Originally Reviewed – 6/17/2010
Most viewers and critics agree that Judd Apatow knows how to write and produce a movie. So, on paper, taking the most entertaining character from the very funny Forgetting Sarah Marshall and giving him his own 109 minutes makes a whole lot of sense. Even if the film’s a stinker, one could make some serious coin from a sentimental sequel to a great movie. For me, the question was does the hard living, hard rocking and hard…well…you know character of Alda Snow have enough in the tank to warrant his own film. The answer is an emphatically enthusiastic, “Yeeaaah, why not”.
The story is as bare bones as it gets. All around nice guy Aaron Green, played by one of my least favorite people in Hollywood, Jonah Hill, is tasked by his record exec boss (Sean “Puffy” Combs) to escort his musical idol Alda Snow to his 10th anniversary concert at the legendary Greek Theatre in Los Angeles. Along the way, Alda gets Aaron in all sorts of trouble involving hookers, booze and something called a “Jeffery”. The result is a madcap, drug induced, trans-continental romp that leaves the audience almost as exhausted as young Aaron is at the film’s conclusion. And you know what? It’s all pretty damn funny.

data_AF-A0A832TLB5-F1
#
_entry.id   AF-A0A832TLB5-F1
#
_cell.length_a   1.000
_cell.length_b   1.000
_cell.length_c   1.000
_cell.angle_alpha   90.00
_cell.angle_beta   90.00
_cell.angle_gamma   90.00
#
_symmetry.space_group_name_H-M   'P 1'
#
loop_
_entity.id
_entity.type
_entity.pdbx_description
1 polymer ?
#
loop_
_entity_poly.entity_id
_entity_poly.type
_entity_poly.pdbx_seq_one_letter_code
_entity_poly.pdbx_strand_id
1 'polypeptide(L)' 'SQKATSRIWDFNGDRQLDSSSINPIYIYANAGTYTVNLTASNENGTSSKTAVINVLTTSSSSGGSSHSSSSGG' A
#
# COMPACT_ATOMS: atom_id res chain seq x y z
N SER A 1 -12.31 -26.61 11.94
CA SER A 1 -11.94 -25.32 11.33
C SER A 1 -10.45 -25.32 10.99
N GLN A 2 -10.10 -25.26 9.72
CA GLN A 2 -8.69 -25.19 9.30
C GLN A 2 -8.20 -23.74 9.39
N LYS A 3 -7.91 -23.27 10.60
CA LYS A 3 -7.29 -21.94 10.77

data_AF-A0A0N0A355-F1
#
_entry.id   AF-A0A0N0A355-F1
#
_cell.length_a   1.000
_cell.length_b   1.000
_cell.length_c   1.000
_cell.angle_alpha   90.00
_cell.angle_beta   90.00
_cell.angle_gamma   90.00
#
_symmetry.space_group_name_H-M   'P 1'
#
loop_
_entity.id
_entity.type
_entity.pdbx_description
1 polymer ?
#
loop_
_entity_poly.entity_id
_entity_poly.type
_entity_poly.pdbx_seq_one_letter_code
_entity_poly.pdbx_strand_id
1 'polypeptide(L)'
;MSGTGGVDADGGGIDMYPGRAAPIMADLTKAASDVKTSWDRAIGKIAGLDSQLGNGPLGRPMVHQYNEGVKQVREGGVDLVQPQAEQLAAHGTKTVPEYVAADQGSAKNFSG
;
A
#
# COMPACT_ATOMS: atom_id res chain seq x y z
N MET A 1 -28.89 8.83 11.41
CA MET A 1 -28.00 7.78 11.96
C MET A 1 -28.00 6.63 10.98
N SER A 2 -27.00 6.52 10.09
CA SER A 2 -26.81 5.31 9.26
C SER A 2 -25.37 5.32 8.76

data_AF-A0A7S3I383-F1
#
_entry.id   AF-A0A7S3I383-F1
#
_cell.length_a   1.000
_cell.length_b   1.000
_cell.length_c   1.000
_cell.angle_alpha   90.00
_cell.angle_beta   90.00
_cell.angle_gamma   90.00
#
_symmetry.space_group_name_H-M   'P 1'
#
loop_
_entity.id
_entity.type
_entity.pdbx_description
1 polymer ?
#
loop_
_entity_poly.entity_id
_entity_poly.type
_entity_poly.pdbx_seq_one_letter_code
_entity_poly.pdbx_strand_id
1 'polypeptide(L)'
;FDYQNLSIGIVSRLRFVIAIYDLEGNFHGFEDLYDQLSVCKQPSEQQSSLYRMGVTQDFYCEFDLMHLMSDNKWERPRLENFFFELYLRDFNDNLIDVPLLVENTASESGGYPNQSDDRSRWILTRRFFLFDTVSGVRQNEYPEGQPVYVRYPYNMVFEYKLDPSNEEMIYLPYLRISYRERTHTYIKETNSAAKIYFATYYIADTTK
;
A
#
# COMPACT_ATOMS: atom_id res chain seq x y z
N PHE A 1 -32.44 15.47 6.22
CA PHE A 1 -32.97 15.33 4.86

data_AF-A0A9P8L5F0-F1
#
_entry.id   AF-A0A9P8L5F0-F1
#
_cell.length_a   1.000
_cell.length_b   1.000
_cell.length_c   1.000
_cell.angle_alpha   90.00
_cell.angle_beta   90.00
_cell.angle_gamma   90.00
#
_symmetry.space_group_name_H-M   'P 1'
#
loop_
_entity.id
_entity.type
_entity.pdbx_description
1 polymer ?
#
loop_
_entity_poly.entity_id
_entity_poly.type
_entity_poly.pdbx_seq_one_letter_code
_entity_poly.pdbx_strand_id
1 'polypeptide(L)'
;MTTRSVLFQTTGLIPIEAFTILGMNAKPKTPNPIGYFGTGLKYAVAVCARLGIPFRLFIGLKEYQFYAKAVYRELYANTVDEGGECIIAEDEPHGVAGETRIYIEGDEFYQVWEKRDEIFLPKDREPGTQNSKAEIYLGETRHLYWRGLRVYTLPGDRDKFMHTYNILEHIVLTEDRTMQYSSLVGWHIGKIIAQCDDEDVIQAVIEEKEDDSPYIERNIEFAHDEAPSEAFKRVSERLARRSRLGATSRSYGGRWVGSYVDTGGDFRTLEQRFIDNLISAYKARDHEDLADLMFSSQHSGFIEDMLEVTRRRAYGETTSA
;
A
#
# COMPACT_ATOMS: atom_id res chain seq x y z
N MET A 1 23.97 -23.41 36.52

The star of the show is Russell Brand, who does his British rock star shtick for the whole film and rarely disappoints. My biggest concern going into the film was how Brand was going to handle the eventual “quiet, introspective” moments, but Brand does a fine job in showing the character’s other side. While these scenes are mostly disposable, it does give the film a bit of an arc and a depth, which was appreciated. The other side of the coin is Jonah Hill and Brand’s straight man and while I’m not the biggest Hill fan (fine, I can’t stand him), he plays the best part in his career as the nice guy caught up in the Alda Snow tornado. For the first time, Hill actually relaxes the brash, foul mouthed persona he’s known for and the result is his best performance yet. Rose Byrne and the surprisingly funny Sean Combs round out a well utilized supporting cast.
Kudos also has to be given to writer / director Nicholas Stoller for crafting a very funny yet accessible comedy that satisfies on a number of levels. Unlike this year’s Hot Tub Time Machine, which stuck in the gross out jokes out of necessity, Greek has it’s moments of cringe but they all work within the context of the story, much like they did in Forgetting Sarah Marshall. Fans of the aforementioned flick will also get some of the inside jokes that are peppered throughout the movie.
All in all, Get Him To Greek is a wild ride through the dark side of celebrity and the coldness of the modern day music industry while remaining a fun comedy for everybody else. While it’s not quite a comedy with a heart, it does provide enough back story and substance to both Brand and Hill’s characters, giving the film a small emotional backing to go with all the debauchery. Although it doesn’t quite reach my standard for modern day comedy, The Hangover, it’s certainly one of the funniest films of the year and is worth seeing.
Score – 70%